Recovery of Hypothalamic-Pituitary-Adrenal Axis in Paediatric Cushing Disease

Christina Tatsi; Megan Neely; Chelsi Flippo; Maria-Eleni Bompou; Meg Keil; Constantine A. Stratakis


Clin Endocrinol. 2021;94(1):40-47. 

In This Article

Abstract and Introduction


Objectives: The postoperative period of Cushing disease (CD) is complicated by a phase of adrenal insufficiency (AI). Factors that influence the duration of AI and its prognostic significance for CD recurrence in children have not been extensively studied. We investigated whether clinical or biochemical factors contribute to the duration of AI, and the correlation of the recovery process with the risk for recurrence.

Design: Patients with paediatric-onset CD who were followed up for at least 3 months after transsphenoidal surgery (TSS) (n = 130) were included in the study. Multivariable Cox proportional hazards analysis was used to assess the association of biochemical and clinical factors with the duration of AI.

Results: Overall, 102 patients recovered adrenal function during their follow-up. Median time to recovery was 12.7 months [95% confidence intervals (CI): 12.2–13.4]. On multivariable analysis, clinical (age, gender, disease duration, puberty stage, BMI z-score, tumour size, invasion of the cavernous sinus and year of surgery) and biochemical (midnight cortisol and morning ACTH) factors did not correlate with the time to recovery, except for increase in recovery time noted with increase in urinary free cortisol (UFC) [hazard ratio (HR): 0.94; 95% CI: 0.89–0.99]. Among patients who eventually recovered adrenal function, the risk for CD recurrence was associated with the time to recovery (HR: 0.86; 95% CI: 0.75–0.99).

Conclusions: Recovery of adrenal function in patients with CD after TSS may not be associated with most clinical and biochemical factors in the preoperative period except for total cortisol excretion. Earlier recovery is associated with higher risk for recurrence, which has implications for the patients' follow-up and counselling.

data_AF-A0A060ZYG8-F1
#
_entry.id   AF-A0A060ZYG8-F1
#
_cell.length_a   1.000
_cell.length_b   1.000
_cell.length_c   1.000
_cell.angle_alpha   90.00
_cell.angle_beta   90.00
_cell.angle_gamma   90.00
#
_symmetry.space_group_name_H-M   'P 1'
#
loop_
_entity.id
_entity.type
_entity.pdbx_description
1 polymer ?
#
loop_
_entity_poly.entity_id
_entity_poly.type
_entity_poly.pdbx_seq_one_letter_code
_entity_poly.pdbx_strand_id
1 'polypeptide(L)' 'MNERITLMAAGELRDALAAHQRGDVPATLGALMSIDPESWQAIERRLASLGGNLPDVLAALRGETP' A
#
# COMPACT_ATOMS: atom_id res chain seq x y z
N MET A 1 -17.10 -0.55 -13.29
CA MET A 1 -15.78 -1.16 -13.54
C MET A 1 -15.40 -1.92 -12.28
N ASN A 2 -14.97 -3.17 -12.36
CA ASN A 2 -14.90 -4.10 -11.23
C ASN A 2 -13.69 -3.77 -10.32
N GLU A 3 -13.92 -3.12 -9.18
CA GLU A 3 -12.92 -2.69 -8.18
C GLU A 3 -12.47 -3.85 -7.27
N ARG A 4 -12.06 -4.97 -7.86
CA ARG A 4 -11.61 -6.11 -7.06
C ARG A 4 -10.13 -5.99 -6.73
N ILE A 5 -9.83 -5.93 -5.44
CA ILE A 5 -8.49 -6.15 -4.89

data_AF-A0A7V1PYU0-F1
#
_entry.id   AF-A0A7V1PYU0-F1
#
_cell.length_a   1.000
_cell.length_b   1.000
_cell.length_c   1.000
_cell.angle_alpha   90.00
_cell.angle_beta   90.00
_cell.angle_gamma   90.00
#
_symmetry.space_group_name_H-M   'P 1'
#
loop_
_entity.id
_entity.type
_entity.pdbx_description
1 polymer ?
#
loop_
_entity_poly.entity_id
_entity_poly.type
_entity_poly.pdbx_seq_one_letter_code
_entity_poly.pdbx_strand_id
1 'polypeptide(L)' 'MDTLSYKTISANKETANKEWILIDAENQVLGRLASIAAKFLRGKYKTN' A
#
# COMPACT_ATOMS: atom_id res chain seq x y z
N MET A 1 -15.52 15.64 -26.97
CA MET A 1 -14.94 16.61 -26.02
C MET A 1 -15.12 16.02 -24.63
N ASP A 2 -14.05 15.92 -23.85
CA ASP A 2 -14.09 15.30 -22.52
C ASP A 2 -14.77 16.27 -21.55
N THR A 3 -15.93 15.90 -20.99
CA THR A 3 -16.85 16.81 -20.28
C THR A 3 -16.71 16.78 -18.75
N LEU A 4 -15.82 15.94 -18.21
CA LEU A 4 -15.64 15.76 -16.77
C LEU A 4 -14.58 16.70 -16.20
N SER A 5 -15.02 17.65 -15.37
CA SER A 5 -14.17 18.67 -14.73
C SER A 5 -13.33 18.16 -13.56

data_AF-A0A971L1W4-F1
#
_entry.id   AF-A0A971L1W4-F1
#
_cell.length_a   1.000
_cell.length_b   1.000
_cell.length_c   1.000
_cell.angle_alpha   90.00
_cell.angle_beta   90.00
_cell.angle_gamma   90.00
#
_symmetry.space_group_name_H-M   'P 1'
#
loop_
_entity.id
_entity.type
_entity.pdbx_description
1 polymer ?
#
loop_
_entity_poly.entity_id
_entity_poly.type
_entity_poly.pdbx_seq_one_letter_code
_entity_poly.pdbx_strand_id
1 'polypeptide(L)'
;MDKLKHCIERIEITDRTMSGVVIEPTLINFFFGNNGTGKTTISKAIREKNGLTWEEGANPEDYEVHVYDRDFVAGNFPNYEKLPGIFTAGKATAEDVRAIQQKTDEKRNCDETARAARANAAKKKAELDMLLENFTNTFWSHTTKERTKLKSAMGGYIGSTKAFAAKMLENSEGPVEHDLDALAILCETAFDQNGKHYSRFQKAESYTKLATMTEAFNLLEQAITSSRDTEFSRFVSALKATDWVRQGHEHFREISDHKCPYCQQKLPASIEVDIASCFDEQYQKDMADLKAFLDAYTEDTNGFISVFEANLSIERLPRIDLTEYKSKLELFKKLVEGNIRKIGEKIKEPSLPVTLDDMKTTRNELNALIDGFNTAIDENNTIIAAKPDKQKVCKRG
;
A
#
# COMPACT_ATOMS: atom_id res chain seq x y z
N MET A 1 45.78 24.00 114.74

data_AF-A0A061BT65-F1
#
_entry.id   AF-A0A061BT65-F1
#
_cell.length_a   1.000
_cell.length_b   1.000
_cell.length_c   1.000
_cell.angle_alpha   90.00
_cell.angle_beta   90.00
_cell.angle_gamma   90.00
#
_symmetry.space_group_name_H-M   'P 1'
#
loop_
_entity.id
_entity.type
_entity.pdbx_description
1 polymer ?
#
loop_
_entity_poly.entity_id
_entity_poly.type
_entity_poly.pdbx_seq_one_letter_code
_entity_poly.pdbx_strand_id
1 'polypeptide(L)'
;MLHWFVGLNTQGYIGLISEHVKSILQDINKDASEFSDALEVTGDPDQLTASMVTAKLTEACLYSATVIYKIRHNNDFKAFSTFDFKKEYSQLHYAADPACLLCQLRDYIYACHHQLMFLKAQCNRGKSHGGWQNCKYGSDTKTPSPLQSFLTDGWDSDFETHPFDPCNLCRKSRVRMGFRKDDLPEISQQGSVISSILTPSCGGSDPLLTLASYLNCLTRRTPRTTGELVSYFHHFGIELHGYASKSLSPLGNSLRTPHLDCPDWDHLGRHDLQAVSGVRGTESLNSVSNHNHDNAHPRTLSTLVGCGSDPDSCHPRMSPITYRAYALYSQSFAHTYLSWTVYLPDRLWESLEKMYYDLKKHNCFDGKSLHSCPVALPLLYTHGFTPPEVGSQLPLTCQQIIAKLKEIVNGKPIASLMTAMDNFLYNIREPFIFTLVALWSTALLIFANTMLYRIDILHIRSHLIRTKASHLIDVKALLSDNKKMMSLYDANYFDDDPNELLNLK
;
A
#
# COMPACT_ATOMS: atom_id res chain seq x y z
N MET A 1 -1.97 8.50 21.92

Cushing disease (CD), caused by adrenocorticotropic hormone (ACTH)-secreting pituitary adenomas, is the most common aetiology of Cushing syndrome (CS) in children older than 7 years of age.[1] Successful management of CD is followed by a postoperative period of adrenal insufficiency (AI), which is the result of suppression of the normal hypothalamic-pituitary-adrenal (HPA) axis by endogenous hypercortisolaemia.[2,3] The duration of postoperative AI and the mechanism of HPA axis recovery are not clearly understood, but it is thought that the rate-limiting step lies on the recovery of corticotrophin-releasing hormone (CRH) secretion by hypothalamic cells.[4]

Previous studies, mostly in adults, tried to identify factors that may affect HPA axis recovery. Although it is tempting to hypothesize that the higher or longer the exposure to glucocorticoids, the more severe the suppression, studies have not consistently found that clinical or biochemical factors significantly contribute to the duration of HPA axis suppression.[5–9] Furthermore, the range of the reported median time to recovery varies between various cohorts (ranging from 6 months to more than 2 years). Of note, what has been more commonly reported is the association of early HPA axis recovery with higher risk for CD recurrence.[5,7] However, only one study, from our centre, has previously described the HPA axis recovery in paediatric patients, who may behave differently than adults due to varying sensitivity or maturation of the HPA axis, and this prior study because of its lower numbers did not allow for a meaningful statistical analysis of risk for recurrence.[10]

In the present study, we investigated the association of the time to recovery of HPA axis after successful treatment in a large cohort of paediatric patients with CD with the age of diagnosis and other relevant clinical and biochemical factors. As a secondary aim, we also queried the possible association of recovery time with risk for recurrence that was suggested by our previous inconclusive reports.